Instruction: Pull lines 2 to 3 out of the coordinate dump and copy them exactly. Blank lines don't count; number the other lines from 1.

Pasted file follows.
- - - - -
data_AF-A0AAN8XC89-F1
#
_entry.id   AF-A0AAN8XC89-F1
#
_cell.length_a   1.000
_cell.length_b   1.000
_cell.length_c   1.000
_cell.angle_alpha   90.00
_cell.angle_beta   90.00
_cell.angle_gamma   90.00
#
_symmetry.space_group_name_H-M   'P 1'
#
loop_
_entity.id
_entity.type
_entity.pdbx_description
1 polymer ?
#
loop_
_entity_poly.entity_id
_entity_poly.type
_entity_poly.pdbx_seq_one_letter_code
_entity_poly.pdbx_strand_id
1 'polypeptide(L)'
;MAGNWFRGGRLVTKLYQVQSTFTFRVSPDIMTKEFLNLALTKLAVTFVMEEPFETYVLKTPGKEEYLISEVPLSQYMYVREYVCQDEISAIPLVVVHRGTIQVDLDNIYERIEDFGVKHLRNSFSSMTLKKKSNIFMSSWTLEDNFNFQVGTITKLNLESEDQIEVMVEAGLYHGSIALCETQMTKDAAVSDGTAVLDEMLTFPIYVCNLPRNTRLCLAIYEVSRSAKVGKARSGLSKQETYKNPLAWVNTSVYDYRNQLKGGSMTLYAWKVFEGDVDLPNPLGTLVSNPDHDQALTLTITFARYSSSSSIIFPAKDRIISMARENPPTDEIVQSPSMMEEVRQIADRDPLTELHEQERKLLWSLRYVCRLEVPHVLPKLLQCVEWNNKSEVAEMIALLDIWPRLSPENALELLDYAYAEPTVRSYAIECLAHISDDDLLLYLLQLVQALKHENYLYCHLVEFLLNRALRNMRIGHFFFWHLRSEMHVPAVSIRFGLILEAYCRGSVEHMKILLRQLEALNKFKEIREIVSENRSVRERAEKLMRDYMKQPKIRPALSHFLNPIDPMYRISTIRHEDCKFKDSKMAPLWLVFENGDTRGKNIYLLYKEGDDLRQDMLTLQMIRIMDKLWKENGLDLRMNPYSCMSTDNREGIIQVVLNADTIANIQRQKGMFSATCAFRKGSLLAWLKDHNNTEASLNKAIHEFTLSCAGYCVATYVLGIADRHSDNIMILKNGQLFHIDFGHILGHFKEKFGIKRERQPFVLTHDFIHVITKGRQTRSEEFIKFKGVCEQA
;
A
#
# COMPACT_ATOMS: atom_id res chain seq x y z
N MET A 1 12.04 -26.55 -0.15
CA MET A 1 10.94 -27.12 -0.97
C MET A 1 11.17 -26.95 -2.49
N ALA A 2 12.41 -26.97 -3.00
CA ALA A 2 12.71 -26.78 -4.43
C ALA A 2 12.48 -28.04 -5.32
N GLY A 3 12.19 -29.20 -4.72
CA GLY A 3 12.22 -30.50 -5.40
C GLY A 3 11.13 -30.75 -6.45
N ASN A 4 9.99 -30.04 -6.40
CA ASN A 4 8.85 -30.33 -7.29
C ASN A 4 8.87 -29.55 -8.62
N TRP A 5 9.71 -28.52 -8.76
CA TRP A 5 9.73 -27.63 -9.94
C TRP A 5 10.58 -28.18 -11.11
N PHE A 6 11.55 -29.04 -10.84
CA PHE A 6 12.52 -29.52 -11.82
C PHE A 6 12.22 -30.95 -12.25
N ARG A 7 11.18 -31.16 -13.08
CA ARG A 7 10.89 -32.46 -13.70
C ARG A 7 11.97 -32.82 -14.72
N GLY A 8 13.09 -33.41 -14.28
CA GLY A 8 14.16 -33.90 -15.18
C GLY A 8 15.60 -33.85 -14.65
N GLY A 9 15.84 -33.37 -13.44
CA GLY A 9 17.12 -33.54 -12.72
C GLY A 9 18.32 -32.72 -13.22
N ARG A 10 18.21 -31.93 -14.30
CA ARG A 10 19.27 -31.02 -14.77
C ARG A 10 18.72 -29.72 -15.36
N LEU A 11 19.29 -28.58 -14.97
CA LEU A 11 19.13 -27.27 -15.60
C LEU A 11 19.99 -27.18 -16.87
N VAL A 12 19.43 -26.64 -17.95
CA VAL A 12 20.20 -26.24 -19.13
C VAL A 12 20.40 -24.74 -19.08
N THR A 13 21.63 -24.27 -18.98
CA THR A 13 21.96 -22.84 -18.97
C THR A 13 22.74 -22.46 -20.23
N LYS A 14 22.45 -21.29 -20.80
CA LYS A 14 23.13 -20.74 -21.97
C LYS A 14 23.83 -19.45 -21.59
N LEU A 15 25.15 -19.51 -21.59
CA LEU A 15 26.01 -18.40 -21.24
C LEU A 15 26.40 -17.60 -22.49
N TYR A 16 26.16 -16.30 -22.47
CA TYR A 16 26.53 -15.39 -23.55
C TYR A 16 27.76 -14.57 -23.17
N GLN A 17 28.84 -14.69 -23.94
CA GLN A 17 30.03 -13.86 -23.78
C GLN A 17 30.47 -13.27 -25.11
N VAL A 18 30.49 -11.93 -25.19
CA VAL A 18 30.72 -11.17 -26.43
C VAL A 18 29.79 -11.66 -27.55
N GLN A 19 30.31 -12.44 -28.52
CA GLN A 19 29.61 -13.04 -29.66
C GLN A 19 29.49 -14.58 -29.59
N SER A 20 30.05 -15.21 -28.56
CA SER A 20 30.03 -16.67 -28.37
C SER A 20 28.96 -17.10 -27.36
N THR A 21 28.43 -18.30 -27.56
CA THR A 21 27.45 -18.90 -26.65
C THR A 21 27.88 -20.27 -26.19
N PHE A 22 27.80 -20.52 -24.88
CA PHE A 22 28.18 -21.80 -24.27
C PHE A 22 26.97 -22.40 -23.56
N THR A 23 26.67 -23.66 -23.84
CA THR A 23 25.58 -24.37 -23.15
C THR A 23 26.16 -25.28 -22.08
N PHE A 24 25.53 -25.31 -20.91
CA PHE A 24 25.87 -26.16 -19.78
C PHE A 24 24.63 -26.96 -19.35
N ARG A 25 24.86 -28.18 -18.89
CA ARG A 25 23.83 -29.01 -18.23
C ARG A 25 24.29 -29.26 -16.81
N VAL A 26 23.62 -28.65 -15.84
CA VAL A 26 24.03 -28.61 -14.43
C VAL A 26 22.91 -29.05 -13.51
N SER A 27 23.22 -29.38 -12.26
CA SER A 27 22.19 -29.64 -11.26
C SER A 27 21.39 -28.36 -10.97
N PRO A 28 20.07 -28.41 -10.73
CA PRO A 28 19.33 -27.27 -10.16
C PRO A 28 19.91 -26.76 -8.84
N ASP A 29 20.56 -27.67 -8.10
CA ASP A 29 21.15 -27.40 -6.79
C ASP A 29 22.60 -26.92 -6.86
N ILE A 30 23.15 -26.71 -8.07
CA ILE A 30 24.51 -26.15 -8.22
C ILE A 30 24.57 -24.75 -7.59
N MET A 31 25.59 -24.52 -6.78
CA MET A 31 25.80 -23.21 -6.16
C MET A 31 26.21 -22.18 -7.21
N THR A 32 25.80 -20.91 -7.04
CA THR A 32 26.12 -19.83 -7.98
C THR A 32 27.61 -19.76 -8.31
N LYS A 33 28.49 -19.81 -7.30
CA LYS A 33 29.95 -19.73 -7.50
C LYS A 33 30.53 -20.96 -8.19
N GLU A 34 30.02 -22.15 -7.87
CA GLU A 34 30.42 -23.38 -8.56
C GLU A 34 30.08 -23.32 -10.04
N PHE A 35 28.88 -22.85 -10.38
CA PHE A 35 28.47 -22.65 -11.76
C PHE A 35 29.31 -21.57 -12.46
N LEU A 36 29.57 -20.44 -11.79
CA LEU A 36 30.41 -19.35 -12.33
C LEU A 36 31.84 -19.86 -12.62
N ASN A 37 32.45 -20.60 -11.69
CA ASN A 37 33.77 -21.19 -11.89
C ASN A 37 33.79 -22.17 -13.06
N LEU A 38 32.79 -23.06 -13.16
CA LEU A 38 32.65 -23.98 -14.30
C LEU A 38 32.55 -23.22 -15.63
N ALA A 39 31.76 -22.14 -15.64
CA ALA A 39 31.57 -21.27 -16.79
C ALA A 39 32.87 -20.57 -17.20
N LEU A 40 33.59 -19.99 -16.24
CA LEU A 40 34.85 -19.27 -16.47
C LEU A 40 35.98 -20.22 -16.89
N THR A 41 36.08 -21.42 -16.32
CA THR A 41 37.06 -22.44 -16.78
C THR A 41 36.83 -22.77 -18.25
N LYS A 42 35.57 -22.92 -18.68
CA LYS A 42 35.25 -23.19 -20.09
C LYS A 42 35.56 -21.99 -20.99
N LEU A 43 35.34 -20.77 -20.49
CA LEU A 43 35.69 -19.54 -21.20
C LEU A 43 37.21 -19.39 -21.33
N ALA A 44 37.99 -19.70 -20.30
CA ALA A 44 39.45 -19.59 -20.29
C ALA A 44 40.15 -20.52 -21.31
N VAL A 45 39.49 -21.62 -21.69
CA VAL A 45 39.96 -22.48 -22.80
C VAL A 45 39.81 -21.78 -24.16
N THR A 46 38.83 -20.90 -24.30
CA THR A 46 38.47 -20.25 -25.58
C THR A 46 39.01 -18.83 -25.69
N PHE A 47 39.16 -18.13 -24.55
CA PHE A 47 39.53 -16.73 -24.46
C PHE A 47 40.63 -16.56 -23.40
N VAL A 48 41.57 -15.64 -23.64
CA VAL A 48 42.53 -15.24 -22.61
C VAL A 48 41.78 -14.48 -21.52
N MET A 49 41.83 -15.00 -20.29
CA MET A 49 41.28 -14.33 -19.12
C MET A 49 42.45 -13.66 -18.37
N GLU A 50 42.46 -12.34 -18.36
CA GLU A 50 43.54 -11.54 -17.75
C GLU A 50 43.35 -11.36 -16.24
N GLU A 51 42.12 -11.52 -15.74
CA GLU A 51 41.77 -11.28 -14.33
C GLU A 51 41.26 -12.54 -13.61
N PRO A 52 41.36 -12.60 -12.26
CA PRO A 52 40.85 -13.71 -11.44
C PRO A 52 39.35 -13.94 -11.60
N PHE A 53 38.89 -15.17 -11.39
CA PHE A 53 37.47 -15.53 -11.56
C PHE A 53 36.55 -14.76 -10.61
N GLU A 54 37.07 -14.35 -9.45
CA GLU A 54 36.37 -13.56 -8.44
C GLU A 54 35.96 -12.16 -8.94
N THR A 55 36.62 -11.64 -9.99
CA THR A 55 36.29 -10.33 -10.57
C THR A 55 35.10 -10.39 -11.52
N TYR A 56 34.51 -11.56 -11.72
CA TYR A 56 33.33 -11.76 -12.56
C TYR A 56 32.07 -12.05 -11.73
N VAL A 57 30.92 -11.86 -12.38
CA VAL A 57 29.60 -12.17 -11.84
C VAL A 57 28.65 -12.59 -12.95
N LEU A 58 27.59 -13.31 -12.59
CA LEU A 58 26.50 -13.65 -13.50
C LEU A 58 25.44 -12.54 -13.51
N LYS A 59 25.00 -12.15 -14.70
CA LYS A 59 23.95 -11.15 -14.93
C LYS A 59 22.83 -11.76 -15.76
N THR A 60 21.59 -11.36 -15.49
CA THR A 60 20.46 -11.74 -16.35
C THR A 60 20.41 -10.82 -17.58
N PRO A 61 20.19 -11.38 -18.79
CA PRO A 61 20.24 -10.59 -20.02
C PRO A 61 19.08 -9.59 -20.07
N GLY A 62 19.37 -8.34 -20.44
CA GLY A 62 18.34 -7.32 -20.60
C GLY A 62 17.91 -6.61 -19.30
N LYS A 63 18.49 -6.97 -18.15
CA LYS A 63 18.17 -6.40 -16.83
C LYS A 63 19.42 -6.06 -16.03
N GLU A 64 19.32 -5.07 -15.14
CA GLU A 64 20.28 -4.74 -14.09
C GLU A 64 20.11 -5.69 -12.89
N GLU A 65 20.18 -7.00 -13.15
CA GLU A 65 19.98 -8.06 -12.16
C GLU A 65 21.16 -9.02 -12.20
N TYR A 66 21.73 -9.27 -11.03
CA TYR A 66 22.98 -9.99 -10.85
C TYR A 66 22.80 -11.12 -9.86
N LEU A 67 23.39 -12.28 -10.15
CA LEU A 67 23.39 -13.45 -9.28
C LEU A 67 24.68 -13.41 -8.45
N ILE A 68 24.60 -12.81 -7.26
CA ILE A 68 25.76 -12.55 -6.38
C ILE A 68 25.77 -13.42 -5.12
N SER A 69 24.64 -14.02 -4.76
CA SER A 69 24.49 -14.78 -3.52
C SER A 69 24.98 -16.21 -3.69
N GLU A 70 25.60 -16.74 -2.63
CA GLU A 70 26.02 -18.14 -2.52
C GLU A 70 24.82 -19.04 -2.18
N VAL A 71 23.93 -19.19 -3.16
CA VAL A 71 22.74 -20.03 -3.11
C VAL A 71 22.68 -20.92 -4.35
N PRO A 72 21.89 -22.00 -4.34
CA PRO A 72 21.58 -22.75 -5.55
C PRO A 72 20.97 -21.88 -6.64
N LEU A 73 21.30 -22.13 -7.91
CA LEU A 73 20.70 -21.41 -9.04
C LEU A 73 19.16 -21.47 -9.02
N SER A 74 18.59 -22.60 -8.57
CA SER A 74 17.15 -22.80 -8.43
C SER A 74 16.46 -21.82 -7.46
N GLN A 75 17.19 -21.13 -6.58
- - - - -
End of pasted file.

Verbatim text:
#
_entry.id   AF-A0AAN8XC89-F1